Among those Americans who care enough about politics to have registered themselves with The Democratic Party and intend to vote in the upcoming Democratic primary elections, 7 percent think that Barack Obama is a Muslim (CBS Poll).
I find it very difficult to interpret this sort of information. In particular, I am curious how stable this judgement is among the 7 percent. Suppose each person who responded that Obama was Muslim was asked a further question concerning why the media has not paid as much attention to Obama's religion as to his race, and then given the chance to revise their answer to the initial question. Of course in order for this not to be a clue that they had answered incorrectly, each question in the poll would have to be followed with a similar question about the presuppositions or entailments of the response provided. In this way the poll would become deeper, in the sense that it would elicit people to provide opinions they had been forced to integrate in some albeit minor way with other beliefs they possess. Would the percentage differ at all from 7 percent? We might be optimistic that it would drop substantially or pessimistic that it would drop not at all.
I initially started writing this with the optimistic view in mind—surely, I thought, these 7 percent have provided a snap response, perhaps fooled by the existence of the question in the poll into assigning a higher probability to the chance of Obama being Muslim than they would otherwise (here it is important whether the question was a request to identify Obama's religion or a request to answer yes or no to whether Obama is a Muslim, but the CBS report does not provide this information). Moreover, I optimistically thought, a little prompting for some inference to the best explanation ought to help them out here—the best explanation for the media not covering Obama's religion in any significant way would certainly be that he is not Muslim.
But then I remembered recently reading a very interesting paper by Tom Kelly called "Disagreement, Dogmatism, and Belief Polarization”, forthcoming in The Journal of Philosophy [PDF], which has the following abstract:
Suppose that you and I disagree about some non-straightforward matter of fact (say, about whether capital punishment tends to have a deterrent effect on crime). Psychologists have demonstrated the following striking phenomenon: if you and I are subsequently exposed to a mixed body of evidence that bears on the question, doing so tends to increase the extent of our initial disagreement. That is, in response to exactly the same evidence, each of us grows increasingly confident of his or her original view; we thus become increasingly polarized as our common evidence increases. I consider several alternative models of how people reason about newly-acquired evidence which seems to disconfirm their prior beliefs. I then explore the normative implications of these models for the phenomenon in question.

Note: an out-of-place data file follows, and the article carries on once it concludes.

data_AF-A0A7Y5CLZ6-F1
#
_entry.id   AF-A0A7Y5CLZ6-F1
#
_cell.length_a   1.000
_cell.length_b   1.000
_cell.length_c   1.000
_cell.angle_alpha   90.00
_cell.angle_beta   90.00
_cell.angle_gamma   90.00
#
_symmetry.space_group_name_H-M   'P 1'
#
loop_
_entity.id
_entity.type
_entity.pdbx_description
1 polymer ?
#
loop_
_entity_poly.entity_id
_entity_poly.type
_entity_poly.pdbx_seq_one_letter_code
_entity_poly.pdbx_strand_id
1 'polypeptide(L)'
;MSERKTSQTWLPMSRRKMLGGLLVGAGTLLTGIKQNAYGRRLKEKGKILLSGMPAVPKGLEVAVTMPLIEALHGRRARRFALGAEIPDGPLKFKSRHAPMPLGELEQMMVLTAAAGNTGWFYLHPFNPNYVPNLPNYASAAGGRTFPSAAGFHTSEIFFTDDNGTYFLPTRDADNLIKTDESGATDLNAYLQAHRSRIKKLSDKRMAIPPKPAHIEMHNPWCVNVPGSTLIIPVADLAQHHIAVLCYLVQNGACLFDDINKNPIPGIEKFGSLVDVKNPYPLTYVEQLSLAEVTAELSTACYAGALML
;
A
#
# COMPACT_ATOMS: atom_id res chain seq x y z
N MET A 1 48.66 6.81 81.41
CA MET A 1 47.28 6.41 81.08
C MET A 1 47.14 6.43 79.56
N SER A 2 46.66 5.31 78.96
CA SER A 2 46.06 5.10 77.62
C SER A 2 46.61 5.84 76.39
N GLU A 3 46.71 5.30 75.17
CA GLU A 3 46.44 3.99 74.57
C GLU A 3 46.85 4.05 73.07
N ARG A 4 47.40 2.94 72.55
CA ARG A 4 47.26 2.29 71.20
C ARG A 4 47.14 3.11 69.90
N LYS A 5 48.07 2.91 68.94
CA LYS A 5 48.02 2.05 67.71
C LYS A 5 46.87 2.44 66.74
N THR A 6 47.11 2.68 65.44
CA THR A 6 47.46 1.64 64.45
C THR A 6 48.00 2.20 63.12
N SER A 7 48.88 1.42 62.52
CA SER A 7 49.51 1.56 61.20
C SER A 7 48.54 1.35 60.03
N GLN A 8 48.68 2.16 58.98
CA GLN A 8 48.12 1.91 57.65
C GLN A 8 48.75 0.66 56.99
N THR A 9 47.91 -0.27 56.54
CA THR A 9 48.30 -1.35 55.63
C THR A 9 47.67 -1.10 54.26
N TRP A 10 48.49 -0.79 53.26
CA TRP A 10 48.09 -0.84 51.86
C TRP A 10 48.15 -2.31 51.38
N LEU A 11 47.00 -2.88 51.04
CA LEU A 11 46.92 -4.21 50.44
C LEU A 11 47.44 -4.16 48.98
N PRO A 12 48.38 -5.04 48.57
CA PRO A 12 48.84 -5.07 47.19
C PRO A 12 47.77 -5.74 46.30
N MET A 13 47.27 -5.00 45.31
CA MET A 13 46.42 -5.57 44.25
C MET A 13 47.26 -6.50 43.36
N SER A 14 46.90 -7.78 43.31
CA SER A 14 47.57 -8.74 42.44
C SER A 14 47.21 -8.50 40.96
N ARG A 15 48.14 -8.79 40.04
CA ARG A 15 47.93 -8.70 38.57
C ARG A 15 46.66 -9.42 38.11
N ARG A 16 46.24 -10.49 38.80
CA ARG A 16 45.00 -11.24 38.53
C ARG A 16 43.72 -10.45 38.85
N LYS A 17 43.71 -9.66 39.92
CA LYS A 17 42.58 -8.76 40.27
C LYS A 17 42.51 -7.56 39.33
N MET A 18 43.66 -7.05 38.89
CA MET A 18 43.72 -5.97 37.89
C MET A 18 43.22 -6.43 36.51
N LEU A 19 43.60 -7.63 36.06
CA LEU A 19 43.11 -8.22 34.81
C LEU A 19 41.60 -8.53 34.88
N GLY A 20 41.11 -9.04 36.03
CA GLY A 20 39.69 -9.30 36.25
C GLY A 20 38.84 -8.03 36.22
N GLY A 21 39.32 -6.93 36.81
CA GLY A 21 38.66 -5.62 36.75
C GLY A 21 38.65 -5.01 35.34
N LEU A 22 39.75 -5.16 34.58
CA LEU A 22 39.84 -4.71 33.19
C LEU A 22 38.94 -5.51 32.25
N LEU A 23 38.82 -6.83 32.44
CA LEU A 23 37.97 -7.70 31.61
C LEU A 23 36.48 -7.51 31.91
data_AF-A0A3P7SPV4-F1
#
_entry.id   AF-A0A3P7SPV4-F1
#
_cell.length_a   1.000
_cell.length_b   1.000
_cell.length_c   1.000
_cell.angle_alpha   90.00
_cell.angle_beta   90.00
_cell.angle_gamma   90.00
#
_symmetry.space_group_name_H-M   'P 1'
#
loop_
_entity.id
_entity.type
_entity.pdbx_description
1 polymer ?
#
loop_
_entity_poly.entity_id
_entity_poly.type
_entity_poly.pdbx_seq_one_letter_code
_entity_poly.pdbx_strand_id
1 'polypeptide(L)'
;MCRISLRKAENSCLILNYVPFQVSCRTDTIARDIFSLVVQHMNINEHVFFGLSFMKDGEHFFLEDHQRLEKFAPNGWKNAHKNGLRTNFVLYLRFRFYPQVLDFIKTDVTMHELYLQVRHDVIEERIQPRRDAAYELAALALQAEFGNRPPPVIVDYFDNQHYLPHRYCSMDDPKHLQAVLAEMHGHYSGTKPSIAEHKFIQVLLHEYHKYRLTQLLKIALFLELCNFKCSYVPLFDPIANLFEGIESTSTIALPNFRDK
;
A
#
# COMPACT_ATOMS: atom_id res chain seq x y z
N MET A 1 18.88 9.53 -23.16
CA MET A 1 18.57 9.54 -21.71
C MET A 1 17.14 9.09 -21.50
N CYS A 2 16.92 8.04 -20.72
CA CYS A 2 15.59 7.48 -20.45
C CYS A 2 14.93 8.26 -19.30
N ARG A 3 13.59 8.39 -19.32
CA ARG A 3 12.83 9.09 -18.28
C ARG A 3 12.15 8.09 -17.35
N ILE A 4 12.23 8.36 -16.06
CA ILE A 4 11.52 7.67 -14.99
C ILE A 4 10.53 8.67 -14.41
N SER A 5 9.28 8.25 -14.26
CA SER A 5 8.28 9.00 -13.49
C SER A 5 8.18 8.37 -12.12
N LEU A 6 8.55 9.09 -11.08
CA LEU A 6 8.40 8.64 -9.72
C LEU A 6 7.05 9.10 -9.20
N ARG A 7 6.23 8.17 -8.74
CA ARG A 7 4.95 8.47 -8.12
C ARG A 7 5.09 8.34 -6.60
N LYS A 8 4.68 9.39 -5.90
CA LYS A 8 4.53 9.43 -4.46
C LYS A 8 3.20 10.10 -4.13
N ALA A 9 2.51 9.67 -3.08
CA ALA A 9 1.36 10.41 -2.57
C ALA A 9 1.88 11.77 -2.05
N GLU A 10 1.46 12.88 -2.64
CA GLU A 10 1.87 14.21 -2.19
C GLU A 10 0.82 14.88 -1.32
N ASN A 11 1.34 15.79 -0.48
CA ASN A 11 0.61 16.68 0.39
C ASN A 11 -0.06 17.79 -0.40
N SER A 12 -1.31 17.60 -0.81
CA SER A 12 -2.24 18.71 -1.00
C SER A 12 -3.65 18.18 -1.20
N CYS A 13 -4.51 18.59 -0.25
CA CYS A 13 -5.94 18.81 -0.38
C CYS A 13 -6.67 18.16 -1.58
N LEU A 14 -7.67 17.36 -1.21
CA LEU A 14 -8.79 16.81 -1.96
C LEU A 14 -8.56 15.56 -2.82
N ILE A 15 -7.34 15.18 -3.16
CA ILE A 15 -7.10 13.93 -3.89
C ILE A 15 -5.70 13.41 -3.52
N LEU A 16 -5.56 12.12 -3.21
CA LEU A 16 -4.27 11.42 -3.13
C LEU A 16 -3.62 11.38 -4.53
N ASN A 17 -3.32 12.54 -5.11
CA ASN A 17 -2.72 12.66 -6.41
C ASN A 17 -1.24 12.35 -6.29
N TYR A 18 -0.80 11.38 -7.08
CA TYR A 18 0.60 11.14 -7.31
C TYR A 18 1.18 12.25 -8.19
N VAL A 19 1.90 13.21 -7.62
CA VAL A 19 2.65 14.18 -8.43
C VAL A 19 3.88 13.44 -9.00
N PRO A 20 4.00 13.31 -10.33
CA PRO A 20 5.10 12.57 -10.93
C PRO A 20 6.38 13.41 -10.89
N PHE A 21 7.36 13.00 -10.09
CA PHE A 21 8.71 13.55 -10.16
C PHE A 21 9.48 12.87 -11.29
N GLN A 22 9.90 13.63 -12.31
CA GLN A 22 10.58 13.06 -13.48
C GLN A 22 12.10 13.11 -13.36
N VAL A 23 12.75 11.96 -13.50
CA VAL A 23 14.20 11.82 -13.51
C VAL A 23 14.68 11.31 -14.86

The particular psychological evidence to which Kelly refers does not immediately bear on the question I am considering here, but it is clear that the evidence suggests a quite broad pessimism about our capabilities as epistemic agents. After all, this evidence shows that prior belief can swamp the proper assessment of new evidence, while in the case I have suggested I was initially optimistic that people would revise their beliefs simply by further reflection, with any new evidence restricted entirely to the presuppositions of the secondary questions (for example, that the media has not paid as much attention to Obama's religion as to his race).
So perhaps we should be pessimistic, not merely that the number would stay at 7 percent, but that the auxiliary questions would entrench the confidence of the 7 percent in their false beliefs. Now I am no epistemologist or cognitive scientist, but I have a theory about what explains these phenomena, and it is that as humans we are too quick to invoke potential explanations and too slow to evaluate all of our evidence in the way suggested by standard theories of confirmation. Or to put it using a different metaphor, we weigh potential explanations too heavily and the evidence itself too lightly. Or again, we prefer to have all our phenomena explained by a weakly supported theory than to have most of our phenomena explained by a well supported theory.
Think here of our penchant for conspiracy theories [PDF]. It strikes me that I could quickly think of a host of potential evolutionary explanations for this, but then I would have exhibited the feature of human psychology I have purported to describe to an exorbitantly ironic degree, rather than the merely blandly ironic degree at which I currently stand1. So instead I offer a nice example of the way we proliferate explanations endlessly: Why do reporters use the code "- 30 -" to sign off their articles?2.
Of course this is all beside the point. Election ballots do not come with prompts to revise your beliefs in optimal ways, they simply come with names and checkboxes. Obama? Sounds dangerously like Osama, I'm not going to vote for him, now let me see, John McCain, now there's a good American name, he invented the Big Mac didn't he? Tick.
Note that this would have the benefit of giving an evolutionary explanation for why people want to give evolutionary explanations for everything under the sun. I leave it as an exercise whether this circle would be virtuous or vicious. ↩
See Mark Eli Kalderon's posts on the topic here, here, and here. ↩